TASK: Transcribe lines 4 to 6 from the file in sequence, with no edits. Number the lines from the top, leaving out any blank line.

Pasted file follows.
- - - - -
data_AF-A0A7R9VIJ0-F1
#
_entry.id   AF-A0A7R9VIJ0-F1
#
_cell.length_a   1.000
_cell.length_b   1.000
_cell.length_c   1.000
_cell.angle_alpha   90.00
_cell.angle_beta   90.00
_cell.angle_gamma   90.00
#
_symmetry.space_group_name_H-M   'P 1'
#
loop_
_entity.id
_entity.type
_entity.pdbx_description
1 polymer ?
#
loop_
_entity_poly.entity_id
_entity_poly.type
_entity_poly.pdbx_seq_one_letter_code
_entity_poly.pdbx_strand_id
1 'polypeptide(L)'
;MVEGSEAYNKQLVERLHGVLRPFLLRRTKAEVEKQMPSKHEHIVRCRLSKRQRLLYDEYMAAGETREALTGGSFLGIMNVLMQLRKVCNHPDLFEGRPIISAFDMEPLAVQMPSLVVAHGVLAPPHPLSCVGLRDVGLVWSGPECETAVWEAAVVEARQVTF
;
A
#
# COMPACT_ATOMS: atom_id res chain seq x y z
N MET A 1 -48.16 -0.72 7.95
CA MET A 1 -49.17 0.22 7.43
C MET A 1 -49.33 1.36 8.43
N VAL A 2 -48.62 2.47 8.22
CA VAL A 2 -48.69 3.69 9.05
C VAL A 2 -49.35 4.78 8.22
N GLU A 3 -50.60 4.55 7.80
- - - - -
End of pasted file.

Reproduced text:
#
_cell.length_a   1.000
_cell.length_b   1.000